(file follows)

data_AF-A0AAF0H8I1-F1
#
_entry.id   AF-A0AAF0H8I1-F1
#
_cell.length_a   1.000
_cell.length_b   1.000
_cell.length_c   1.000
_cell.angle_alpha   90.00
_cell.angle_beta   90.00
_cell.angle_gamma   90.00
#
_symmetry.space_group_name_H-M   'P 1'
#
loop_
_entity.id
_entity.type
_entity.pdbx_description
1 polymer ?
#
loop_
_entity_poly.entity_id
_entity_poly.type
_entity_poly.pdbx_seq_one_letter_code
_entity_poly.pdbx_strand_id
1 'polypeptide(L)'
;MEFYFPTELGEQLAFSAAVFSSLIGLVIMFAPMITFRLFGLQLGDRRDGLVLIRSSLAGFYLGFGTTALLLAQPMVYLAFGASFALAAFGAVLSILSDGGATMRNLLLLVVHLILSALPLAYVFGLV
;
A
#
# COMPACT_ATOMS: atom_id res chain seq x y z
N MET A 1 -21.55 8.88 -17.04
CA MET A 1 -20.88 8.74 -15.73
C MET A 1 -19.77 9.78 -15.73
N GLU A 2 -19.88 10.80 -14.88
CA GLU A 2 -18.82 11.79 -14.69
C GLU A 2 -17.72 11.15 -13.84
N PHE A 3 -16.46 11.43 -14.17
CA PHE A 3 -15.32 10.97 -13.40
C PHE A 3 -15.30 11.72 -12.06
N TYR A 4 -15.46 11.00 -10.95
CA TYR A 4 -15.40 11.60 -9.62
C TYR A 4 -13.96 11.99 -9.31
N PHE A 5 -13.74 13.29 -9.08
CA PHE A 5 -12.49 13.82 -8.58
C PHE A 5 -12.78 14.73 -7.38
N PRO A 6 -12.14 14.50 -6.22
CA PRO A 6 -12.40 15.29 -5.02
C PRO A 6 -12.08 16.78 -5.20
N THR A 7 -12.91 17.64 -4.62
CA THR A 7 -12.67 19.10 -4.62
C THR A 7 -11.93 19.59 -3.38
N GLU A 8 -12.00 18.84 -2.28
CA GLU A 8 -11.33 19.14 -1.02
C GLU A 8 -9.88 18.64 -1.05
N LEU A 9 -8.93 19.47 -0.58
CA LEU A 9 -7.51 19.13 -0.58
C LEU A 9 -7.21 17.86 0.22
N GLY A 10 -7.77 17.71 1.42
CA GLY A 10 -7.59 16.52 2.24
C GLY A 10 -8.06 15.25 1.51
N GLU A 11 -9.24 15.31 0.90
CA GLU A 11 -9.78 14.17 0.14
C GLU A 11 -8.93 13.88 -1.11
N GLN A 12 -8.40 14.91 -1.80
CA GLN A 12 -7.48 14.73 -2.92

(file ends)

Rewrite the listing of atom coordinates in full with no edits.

data_AF-A0AAF0H8I1-F1
#
_entry.id   AF-A0AAF0H8I1-F1
#
_cell.length_a   1.000
_cell.length_b   1.000
_cell.length_c   1.000
_cell.angle_alpha   90.00
_cell.angle_beta   90.00
_cell.angle_gamma   90.00
#
_symmetry.space_group_name_H-M   'P 1'
#
loop_
_entity.id
_entity.type
_entity.pdbx_description
1 polymer ?
#
loop_
_entity_poly.entity_id
_entity_poly.type
_entity_poly.pdbx_seq_one_letter_code
_entity_poly.pdbx_strand_id
1 'polypeptide(L)'
;MEFYFPTELGEQLAFSAAVFSSLIGLVIMFAPMITFRLFGLQLGDRRDGLVLIRSSLAGFYLGFGTTALLLAQPMVYLAFGASFALAAFGAVLSILSDGGATMRNLLLLVVHLILSALPLAYVFGLV
;
A
#
# COMPACT_ATOMS: atom_id res chain seq x y z
N MET A 1 -21.55 8.88 -17.04
CA MET A 1 -20.88 8.74 -15.73
C MET A 1 -19.77 9.78 -15.73
N GLU A 2 -19.88 10.80 -14.88
CA GLU A 2 -18.82 11.79 -14.69
C GLU A 2 -17.72 11.15 -13.84
N PHE A 3 -16.46 11.43 -14.17
CA PHE A 3 -15.32 10.97 -13.40
C PHE A 3 -15.30 11.72 -12.06
N TYR A 4 -15.46 11.00 -10.95
CA TYR A 4 -15.40 11.60 -9.62
C TYR A 4 -13.96 11.99 -9.31
N PHE A 5 -13.74 13.29 -9.08
CA PHE A 5 -12.49 13.82 -8.58
C PHE A 5 -12.78 14.73 -7.38
N PRO A 6 -12.14 14.50 -6.22
CA PRO A 6 -12.40 15.29 -5.02
C PRO A 6 -12.08 16.78 -5.20
N THR A 7 -12.91 17.64 -4.62
CA THR A 7 -12.67 19.10 -4.62
C THR A 7 -11.93 19.59 -3.38
N GLU A 8 -12.00 18.84 -2.28
CA GLU A 8 -11.33 19.14 -1.02
C GLU A 8 -9.88 18.64 -1.05
N LEU A 9 -8.93 19.47 -0.58
CA LEU A 9 -7.51 19.13 -0.58
C LEU A 9 -7.21 17.86 0.22
N GLY A 10 -7.77 17.71 1.42
CA GLY A 10 -7.59 16.52 2.24
C GLY A 10 -8.06 15.25 1.51
N GLU A 11 -9.24 15.31 0.90
CA GLU A 11 -9.78 14.17 0.14
C GLU A 11 -8.93 13.88 -1.11
N GLN A 12 -8.40 14.91 -1.80
CA GLN A 12 -7.48 14.73 -2.92